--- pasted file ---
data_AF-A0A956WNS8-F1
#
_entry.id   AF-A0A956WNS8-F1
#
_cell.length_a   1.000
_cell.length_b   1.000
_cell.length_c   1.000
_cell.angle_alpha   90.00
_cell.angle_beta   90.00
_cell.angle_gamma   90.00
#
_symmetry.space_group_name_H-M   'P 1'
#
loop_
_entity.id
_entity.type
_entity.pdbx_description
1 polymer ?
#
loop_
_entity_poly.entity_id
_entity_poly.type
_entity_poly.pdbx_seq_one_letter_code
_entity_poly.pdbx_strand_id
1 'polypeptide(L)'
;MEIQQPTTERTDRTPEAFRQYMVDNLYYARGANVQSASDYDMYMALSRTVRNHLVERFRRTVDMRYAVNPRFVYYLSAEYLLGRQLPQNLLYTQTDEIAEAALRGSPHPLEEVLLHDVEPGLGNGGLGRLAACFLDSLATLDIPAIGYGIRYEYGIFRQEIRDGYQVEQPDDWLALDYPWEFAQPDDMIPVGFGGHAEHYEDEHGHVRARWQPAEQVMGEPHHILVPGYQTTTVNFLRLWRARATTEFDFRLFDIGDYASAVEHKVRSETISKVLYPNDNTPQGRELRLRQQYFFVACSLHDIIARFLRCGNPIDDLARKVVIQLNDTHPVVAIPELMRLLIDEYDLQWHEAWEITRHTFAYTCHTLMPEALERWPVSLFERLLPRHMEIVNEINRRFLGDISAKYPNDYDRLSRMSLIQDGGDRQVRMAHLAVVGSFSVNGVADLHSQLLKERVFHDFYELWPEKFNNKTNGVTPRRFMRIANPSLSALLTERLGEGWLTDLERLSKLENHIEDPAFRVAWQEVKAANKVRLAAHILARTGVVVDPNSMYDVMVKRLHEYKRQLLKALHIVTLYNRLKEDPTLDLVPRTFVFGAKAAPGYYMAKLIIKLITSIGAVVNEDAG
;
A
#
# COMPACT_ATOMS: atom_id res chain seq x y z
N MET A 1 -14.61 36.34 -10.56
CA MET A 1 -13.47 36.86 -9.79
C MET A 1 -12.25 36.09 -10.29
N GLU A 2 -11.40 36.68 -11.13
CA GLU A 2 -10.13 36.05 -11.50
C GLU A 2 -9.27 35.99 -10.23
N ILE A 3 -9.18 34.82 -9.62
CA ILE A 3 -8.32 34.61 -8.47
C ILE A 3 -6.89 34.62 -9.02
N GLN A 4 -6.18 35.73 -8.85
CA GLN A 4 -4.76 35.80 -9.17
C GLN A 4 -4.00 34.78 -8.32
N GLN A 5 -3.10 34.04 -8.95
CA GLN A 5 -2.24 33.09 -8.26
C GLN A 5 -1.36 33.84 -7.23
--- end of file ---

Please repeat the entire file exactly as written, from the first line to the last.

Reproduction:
data_AF-A0A956WNS8-F1
#
_entry.id   AF-A0A956WNS8-F1
#
_cell.length_a   1.000
_cell.length_b   1.000
_cell.length_c   1.000
_cell.angle_alpha   90.00
_cell.angle_beta   90.00
_cell.angle_gamma   90.00
#
_symmetry.space_group_name_H-M   'P 1'
#
loop_
_entity.id
_entity.type
_entity.pdbx_description
1 polymer ?
#
loop_
_entity_poly.entity_id
_entity_poly.type
_entity_poly.pdbx_seq_one_letter_code
_entity_poly.pdbx_strand_id
1 'polypeptide(L)'
;MEIQQPTTERTDRTPEAFRQYMVDNLYYARGANVQSASDYDMYMALSRTVRNHLVERFRRTVDMRYAVNPRFVYYLSAEYLLGRQLPQNLLYTQTDEIAEAALRGSPHPLEEVLLHDVEPGLGNGGLGRLAACFLDSLATLDIPAIGYGIRYEYGIFRQEIRDGYQVEQPDDWLALDYPWEFAQPDDMIPVGFGGHAEHYEDEHGHVRARWQPAEQVMGEPHHILVPGYQTTTVNFLRLWRARATTEFDFRLFDIGDYASAVEHKVRSETISKVLYPNDNTPQGRELRLRQQYFFVACSLHDIIARFLRCGNPIDDLARKVVIQLNDTHPVVAIPELMRLLIDEYDLQWHEAWEITRHTFAYTCHTLMPEALERWPVSLFERLLPRHMEIVNEINRRFLGDISAKYPNDYDRLSRMSLIQDGGDRQVRMAHLAVVGSFSVNGVADLHSQLLKERVFHDFYELWPEKFNNKTNGVTPRRFMRIANPSLSALLTERLGEGWLTDLERLSKLENHIEDPAFRVAWQEVKAANKVRLAAHILARTGVVVDPNSMYDVMVKRLHEYKRQLLKALHIVTLYNRLKEDPTLDLVPRTFVFGAKAAPGYYMAKLIIKLITSIGAVVNEDAG
;
A
#
# COMPACT_ATOMS: atom_id res chain seq x y z
N MET A 1 -14.61 36.34 -10.56
CA MET A 1 -13.47 36.86 -9.79
C MET A 1 -12.25 36.09 -10.29
N GLU A 2 -11.40 36.68 -11.13
CA GLU A 2 -10.13 36.05 -11.50
C GLU A 2 -9.27 35.99 -10.23
N ILE A 3 -9.18 34.82 -9.62
CA ILE A 3 -8.32 34.61 -8.47
C ILE A 3 -6.89 34.62 -9.02
N GLN A 4 -6.18 35.73 -8.85
CA GLN A 4 -4.76 35.80 -9.17
C GLN A 4 -4.00 34.78 -8.32
N GLN A 5 -3.10 34.04 -8.95
CA GLN A 5 -2.24 33.09 -8.26
C GLN A 5 -1.36 33.84 -7.23